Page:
We’ve recently covered the responsibilities of building owners and property managers to uphold the compliance and maintenance of building essential safety measures.

To recap: inspection, testing and maintenance of safety elements can occur at any of the following intervals, depending on applicable legislation in your state. Australian Standard AS 1851-2012 as an example specifies the following intervals, which are prescribed depending on the element undergoing inspection or testing:

  • Monthly
  • Three-monthly
  • Six-monthly
  • Yearly
  • Five-yearly
  • Ten-yearly
  • Twenty-Five-yearly
  • Thirty-yearly

Essential safety measures explained

The VBA defines essential safety measures as: ‘Defined in Part 15 of the Building Regulations 2018 (the Regulations) and includes items listed in Schedule 8 of the Regulations, such as:

  • air handling systems (used for smoke hazard management)
  • exit doors
  • early warning systems
  • emergency lifts
  • emergency lighting
  • emergency power supply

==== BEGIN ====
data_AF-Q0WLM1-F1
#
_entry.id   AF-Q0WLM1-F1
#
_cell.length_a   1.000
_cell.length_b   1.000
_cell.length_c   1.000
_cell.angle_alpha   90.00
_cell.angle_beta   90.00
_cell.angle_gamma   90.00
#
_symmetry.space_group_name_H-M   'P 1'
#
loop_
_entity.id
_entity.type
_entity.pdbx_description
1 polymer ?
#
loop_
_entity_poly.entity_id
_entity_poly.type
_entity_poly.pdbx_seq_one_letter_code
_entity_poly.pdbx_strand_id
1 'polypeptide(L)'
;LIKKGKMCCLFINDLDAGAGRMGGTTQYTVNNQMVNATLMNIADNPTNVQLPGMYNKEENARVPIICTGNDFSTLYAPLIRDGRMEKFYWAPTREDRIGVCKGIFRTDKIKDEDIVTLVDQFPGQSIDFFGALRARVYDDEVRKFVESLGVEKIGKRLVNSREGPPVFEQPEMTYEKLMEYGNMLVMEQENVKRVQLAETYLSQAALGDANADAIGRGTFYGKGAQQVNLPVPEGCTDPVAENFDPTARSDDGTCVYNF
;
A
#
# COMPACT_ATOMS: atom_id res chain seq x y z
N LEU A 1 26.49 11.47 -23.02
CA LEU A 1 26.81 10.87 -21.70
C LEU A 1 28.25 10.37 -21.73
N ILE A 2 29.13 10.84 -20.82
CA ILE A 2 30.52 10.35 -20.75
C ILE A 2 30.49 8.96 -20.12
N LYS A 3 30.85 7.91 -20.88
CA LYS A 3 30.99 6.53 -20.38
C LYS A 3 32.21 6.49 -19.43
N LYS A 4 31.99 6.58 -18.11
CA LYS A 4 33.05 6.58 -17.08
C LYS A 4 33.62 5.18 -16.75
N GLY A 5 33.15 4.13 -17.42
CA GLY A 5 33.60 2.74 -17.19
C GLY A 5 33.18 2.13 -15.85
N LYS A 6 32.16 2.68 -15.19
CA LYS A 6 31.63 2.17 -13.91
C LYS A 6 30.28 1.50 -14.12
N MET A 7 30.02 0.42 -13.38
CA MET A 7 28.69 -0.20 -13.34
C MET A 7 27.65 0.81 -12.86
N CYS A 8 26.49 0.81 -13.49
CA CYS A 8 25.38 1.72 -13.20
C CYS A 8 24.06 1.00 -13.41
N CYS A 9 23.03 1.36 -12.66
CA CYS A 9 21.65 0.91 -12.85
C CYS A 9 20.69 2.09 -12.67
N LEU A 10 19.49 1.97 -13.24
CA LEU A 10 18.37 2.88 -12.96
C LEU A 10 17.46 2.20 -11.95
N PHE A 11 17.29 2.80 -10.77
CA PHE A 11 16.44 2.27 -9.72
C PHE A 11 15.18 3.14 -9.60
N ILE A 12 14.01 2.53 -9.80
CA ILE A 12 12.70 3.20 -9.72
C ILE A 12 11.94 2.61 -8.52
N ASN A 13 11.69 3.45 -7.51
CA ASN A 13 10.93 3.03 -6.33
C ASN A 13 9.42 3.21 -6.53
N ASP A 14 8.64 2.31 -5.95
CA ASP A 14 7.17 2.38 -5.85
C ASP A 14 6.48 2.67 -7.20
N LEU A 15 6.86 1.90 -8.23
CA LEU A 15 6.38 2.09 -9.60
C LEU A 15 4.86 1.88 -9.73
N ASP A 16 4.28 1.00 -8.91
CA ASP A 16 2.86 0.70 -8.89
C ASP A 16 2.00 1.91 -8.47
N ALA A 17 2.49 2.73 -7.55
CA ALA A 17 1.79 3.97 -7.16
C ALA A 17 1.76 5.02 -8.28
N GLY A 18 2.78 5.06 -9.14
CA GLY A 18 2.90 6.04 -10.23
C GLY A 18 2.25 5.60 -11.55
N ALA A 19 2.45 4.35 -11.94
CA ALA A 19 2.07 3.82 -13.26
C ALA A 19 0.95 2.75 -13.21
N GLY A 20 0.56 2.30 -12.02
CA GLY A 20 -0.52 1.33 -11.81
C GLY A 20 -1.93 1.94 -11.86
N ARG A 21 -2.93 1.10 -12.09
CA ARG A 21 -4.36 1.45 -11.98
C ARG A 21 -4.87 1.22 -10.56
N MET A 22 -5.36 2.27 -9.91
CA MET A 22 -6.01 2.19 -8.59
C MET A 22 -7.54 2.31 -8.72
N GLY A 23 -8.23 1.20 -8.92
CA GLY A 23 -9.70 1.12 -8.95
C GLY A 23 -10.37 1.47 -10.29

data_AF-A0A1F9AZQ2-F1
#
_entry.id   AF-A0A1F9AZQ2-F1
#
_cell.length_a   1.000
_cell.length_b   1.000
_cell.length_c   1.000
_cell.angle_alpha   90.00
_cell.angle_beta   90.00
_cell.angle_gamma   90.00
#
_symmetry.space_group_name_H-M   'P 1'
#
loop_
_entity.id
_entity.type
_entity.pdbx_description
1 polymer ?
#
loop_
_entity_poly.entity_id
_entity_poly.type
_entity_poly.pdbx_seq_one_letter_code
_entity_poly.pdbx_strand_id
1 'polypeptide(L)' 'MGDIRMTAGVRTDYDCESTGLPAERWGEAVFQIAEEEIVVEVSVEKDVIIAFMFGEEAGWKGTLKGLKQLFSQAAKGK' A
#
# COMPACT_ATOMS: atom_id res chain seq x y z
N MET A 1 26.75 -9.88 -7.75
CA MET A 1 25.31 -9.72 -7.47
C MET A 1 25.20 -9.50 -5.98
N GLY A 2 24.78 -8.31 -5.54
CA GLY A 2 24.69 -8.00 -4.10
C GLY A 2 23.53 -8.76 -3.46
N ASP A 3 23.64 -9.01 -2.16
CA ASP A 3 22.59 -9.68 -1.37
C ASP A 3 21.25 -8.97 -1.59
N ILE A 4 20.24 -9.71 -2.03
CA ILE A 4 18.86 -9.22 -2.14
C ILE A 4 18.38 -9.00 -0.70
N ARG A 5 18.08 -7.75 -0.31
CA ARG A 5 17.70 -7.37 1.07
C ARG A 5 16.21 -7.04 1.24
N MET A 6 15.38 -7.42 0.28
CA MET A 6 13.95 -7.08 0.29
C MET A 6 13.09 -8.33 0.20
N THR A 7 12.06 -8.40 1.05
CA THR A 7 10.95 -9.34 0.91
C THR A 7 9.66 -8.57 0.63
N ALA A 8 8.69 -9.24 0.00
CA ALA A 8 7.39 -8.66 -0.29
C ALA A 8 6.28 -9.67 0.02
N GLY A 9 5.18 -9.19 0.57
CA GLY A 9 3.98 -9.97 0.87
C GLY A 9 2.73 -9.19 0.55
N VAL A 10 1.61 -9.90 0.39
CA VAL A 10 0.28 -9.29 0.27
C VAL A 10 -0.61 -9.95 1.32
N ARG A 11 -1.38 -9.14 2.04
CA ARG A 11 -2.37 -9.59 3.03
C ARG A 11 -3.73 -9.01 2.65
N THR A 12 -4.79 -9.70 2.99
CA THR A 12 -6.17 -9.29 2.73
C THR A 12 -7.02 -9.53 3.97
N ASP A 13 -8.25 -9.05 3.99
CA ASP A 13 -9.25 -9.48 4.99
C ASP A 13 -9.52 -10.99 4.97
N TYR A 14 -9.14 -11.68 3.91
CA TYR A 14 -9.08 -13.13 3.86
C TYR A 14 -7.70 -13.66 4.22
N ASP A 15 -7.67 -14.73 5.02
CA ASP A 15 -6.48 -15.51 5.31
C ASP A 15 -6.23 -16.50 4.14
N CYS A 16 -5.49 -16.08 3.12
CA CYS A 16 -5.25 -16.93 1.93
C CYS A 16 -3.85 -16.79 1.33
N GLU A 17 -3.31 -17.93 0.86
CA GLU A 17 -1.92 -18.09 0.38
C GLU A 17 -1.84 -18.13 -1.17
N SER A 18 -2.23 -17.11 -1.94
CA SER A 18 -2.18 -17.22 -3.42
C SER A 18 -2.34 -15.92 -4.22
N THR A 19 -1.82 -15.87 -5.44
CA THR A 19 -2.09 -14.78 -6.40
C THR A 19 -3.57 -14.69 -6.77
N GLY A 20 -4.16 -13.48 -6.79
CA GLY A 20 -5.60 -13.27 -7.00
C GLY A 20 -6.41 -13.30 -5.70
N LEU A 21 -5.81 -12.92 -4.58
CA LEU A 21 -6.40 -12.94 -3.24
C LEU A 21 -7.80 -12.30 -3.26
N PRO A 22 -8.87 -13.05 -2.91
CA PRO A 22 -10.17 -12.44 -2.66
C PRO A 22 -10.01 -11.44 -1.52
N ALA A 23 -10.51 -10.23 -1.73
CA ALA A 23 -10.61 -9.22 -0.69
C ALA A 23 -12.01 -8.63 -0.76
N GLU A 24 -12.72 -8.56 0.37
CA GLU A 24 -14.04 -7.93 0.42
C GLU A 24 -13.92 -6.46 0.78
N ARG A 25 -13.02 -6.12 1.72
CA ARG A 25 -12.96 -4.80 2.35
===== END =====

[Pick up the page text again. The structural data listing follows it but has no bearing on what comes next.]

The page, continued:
• emergency warning systems
  • exit signs
  • fire control centres
  • fire curtains and doors
  • fire extinguishers
  • fire detection and alarm systems
  • fire hydrants
  • fire isolated stairs
  • fire rated materials
  • fire windows
  • mechanical ventilation (incorporate a cooling tower or hot or warm water system)
  • fire isolated passageways and ramps
  • paths of travel to exits
  • smoke alarms
  • smoke control systems
  • sprinkler systems’


In this case, your concern primarily lies in those essential safety measures which require compliance testing on a monthly to yearly basis. Failure to maintain compliance for any duration will be observed where a request is made to review your annual essential safety measures report, which must be ‘available on request after 24 hours’ notice has been given.’